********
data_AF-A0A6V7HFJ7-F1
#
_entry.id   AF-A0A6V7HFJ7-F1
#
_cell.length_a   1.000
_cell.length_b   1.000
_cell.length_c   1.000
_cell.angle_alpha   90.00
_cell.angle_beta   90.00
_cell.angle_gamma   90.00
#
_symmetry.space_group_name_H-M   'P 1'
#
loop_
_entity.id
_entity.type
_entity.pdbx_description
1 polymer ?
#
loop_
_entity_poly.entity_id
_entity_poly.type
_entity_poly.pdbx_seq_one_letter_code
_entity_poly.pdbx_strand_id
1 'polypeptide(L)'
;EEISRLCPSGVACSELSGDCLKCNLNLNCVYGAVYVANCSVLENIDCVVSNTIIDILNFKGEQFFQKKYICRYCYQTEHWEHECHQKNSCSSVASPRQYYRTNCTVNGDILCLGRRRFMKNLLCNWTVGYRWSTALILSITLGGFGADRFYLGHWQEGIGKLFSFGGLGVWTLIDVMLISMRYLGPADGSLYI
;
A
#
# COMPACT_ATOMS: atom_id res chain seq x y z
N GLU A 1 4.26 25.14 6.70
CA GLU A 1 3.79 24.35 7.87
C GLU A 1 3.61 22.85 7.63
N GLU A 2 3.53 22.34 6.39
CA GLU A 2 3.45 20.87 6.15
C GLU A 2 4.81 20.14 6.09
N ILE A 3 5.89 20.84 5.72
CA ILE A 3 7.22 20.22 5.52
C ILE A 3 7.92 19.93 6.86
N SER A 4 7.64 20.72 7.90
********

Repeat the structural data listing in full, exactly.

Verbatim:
data_AF-A0A6V7HFJ7-F1
#
_entry.id   AF-A0A6V7HFJ7-F1
#
_cell.length_a   1.000
_cell.length_b   1.000
_cell.length_c   1.000
_cell.angle_alpha   90.00
_cell.angle_beta   90.00
_cell.angle_gamma   90.00
#
_symmetry.space_group_name_H-M   'P 1'
#
loop_
_entity.id
_entity.type
_entity.pdbx_description
1 polymer ?
#
loop_
_entity_poly.entity_id
_entity_poly.type
_entity_poly.pdbx_seq_one_letter_code
_entity_poly.pdbx_strand_id
1 'polypeptide(L)'
;EEISRLCPSGVACSELSGDCLKCNLNLNCVYGAVYVANCSVLENIDCVVSNTIIDILNFKGEQFFQKKYICRYCYQTEHWEHECHQKNSCSSVASPRQYYRTNCTVNGDILCLGRRRFMKNLLCNWTVGYRWSTALILSITLGGFGADRFYLGHWQEGIGKLFSFGGLGVWTLIDVMLISMRYLGPADGSLYI
;
A
#
# COMPACT_ATOMS: atom_id res chain seq x y z
N GLU A 1 4.26 25.14 6.70
CA GLU A 1 3.79 24.35 7.87
C GLU A 1 3.61 22.85 7.63
N GLU A 2 3.53 22.34 6.39
CA GLU A 2 3.45 20.87 6.15
C GLU A 2 4.81 20.14 6.09
N ILE A 3 5.89 20.84 5.72
CA ILE A 3 7.22 20.22 5.52
C ILE A 3 7.92 19.93 6.86
N SER A 4 7.64 20.72 7.90